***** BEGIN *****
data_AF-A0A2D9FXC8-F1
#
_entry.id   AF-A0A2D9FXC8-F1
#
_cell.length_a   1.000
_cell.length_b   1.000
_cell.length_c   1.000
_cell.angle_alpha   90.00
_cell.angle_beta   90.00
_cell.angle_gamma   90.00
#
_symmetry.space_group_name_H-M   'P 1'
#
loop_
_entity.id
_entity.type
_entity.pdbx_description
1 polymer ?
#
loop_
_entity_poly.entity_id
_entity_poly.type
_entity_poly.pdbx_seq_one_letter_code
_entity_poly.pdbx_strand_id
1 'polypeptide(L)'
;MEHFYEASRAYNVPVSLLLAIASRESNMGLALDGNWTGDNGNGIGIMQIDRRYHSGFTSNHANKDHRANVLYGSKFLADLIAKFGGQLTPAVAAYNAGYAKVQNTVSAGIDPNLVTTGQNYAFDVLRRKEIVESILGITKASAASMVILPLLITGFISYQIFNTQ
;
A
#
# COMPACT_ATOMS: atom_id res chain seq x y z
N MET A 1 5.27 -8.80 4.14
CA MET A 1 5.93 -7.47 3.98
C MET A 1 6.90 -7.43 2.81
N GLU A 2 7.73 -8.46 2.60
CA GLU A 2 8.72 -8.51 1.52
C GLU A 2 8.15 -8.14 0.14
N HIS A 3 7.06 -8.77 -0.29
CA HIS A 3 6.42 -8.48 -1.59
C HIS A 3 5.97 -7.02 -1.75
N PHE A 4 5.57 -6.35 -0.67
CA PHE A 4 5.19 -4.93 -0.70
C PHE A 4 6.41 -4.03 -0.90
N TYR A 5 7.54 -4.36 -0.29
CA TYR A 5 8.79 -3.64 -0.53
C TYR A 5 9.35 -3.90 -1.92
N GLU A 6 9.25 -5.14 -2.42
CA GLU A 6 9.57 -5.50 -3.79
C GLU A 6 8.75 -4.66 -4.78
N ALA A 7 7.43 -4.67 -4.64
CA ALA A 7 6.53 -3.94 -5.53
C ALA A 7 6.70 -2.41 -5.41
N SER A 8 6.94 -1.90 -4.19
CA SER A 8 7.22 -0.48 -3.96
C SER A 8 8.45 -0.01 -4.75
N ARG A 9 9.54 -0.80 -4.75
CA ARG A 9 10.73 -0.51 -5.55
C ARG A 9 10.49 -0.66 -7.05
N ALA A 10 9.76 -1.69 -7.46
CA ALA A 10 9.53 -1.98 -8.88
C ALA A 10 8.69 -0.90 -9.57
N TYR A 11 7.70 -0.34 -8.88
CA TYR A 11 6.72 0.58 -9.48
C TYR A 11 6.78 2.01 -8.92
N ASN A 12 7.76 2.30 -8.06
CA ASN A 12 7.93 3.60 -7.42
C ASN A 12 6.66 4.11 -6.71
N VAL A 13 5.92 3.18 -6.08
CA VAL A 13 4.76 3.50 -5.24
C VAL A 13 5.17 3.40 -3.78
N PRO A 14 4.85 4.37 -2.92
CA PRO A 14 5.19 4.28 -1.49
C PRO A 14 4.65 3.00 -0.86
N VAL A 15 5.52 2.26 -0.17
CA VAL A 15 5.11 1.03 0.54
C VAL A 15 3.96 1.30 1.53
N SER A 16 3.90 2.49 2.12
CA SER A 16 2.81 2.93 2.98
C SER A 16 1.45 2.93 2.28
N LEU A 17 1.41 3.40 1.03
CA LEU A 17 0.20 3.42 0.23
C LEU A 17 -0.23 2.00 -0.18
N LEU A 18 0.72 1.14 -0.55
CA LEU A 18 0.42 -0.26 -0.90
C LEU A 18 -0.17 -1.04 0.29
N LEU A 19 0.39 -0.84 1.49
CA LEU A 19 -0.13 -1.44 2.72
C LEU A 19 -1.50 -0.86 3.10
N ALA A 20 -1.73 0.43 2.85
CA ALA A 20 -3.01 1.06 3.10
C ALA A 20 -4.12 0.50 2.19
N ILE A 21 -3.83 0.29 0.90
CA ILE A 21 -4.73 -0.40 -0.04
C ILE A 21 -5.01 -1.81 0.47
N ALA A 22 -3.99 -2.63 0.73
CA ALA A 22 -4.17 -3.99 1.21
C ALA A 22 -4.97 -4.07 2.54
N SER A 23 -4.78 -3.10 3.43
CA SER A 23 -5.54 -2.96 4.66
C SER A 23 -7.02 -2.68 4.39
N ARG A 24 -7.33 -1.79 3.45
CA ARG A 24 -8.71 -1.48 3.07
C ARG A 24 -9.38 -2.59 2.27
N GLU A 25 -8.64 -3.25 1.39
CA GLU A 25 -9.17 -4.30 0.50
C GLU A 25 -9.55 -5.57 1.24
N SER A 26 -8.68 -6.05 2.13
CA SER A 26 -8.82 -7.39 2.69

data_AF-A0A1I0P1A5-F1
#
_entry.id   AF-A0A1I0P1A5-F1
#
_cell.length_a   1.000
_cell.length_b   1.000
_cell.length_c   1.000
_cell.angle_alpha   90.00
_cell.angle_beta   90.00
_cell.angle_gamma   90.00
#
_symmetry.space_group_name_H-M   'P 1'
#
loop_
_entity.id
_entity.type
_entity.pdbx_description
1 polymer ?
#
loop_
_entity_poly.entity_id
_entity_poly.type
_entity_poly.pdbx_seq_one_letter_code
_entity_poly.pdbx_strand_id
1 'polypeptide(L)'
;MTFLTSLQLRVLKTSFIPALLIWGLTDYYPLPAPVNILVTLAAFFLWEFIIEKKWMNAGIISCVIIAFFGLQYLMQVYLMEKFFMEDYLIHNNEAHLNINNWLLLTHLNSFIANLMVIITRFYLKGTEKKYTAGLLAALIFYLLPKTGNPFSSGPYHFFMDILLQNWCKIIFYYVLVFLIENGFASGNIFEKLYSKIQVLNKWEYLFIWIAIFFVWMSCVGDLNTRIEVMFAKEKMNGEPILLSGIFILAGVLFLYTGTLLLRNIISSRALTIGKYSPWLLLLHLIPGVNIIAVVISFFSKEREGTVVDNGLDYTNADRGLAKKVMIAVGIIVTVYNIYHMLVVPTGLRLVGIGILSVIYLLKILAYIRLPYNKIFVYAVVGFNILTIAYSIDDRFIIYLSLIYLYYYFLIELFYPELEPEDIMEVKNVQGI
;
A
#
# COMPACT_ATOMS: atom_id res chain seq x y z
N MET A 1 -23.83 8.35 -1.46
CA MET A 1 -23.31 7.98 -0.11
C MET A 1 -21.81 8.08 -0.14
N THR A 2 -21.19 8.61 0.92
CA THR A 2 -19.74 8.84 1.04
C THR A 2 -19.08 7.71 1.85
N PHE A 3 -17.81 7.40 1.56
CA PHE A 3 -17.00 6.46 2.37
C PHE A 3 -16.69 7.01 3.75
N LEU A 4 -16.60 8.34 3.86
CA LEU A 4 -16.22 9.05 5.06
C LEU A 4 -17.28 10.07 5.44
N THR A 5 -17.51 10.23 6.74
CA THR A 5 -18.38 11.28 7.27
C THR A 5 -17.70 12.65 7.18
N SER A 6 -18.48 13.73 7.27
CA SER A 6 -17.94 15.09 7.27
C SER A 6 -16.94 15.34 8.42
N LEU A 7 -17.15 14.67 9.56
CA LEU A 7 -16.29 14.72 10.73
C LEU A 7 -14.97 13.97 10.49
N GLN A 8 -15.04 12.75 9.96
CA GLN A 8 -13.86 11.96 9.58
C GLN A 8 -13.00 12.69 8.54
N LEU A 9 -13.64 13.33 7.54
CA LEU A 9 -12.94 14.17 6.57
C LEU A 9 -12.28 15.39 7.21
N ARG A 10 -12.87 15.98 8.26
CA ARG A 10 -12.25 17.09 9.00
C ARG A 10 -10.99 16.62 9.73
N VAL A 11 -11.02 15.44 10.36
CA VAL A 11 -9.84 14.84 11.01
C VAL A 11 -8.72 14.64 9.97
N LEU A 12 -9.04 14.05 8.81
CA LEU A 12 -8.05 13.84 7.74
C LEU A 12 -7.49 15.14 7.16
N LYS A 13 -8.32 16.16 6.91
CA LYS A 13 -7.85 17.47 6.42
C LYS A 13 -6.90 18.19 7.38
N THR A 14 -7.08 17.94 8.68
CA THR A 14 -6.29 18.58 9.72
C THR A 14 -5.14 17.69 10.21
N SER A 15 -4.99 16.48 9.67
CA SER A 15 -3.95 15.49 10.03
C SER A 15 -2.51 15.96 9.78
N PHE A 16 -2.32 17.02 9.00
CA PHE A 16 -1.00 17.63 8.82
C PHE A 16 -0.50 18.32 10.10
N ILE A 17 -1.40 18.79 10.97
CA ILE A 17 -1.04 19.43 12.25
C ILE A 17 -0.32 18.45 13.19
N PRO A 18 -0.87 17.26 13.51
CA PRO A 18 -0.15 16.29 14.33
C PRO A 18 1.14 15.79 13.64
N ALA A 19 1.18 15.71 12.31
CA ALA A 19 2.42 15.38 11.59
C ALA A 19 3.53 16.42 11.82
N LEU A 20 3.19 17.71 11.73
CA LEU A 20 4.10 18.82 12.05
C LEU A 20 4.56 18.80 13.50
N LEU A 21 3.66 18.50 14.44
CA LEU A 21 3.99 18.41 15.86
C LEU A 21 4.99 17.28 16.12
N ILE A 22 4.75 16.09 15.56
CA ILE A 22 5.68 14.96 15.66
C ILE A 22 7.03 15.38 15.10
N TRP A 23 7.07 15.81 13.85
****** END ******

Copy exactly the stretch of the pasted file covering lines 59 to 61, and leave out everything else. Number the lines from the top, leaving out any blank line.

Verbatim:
CA ALA A 10 9.53 -1.98 -8.88
C ALA A 10 8.69 -0.90 -9.57
N TYR A 11 7.70 -0.34 -8.88